----- wall of slightly irrelevant text inc: -----

    My husband plays mmo's- And a lot. Since EQ1 I'd wager maybe 75+% of his hours off work is spent on this on weekdays, on weekends more. When a game has just gone retail he plays every hour he is awake for the first week, and sometimes take days off work to play. And I dont mind. I think its great to have him home, to bake for him, cook for him and just fuss about as he kills stuff with his character in a game.

    In my opinion it is of no concern to me wether he spends his free time watching the tele, playing football, visiting the pub with his friends, or collecting stamps. He is my best friend and whatever his gaming interests are, they have never stopped him from being my best friend in return. The time he does spend with me is 100% on my terms because he has lots to give after all he recieves. That ladies and gents is the secret of a good marriage. Give without taking.

    I have no desire to change his ways of entertaining himself, as I see it gives him a lot of joy and social connections that are meaningful to him, and I never married him so that he would spend his time entertaining me. I find the whole; pay me more attention issue to be ludicrious, seriously.. wtf? A spouse is not there to make you feel more real or to confirm that you are breathing. If you can't do that yourself, you are not supposed to get married at all. Other people are not your crutches.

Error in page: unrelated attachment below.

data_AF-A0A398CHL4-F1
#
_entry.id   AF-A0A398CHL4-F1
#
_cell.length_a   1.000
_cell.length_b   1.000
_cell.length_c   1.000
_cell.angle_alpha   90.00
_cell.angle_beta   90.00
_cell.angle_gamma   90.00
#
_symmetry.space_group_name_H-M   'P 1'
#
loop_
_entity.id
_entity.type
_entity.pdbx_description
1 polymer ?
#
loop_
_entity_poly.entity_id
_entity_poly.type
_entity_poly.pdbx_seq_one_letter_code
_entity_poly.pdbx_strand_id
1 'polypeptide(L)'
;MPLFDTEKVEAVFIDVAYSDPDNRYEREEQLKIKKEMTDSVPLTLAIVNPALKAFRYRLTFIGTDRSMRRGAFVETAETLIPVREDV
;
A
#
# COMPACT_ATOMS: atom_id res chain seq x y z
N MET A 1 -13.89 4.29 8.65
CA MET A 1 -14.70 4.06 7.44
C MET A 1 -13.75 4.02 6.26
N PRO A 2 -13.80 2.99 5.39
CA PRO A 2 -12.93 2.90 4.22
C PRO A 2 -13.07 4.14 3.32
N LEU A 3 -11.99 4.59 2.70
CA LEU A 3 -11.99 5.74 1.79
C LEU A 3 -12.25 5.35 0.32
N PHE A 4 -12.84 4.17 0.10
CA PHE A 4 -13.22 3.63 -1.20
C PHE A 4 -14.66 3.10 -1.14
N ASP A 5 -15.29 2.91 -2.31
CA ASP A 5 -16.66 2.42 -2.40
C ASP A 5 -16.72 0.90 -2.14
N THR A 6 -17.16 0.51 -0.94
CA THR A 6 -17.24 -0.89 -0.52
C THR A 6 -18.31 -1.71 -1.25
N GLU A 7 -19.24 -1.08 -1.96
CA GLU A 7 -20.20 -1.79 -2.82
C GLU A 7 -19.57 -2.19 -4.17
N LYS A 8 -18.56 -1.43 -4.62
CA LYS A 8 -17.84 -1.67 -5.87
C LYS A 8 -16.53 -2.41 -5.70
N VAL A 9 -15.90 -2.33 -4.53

I decided to try and understand this culture myself several years ago and sometimes pick up games to play with him too, although I loose the drive to play rather quickly too :) I guess my point is. I dont think online addiction is real, but I think there are real issues that cause people to flee their lives and live through the online outlets available to them. There is a huge difference in my eyes. Most people who are not willing to research what gaming is about, in order to find common ground with their spouse, will have just as hard a time dealing with the time consumed by gaming as they would had their spouse been gone from the house due to work, hobbies, friends etc and left the spouse with the same amount of attention.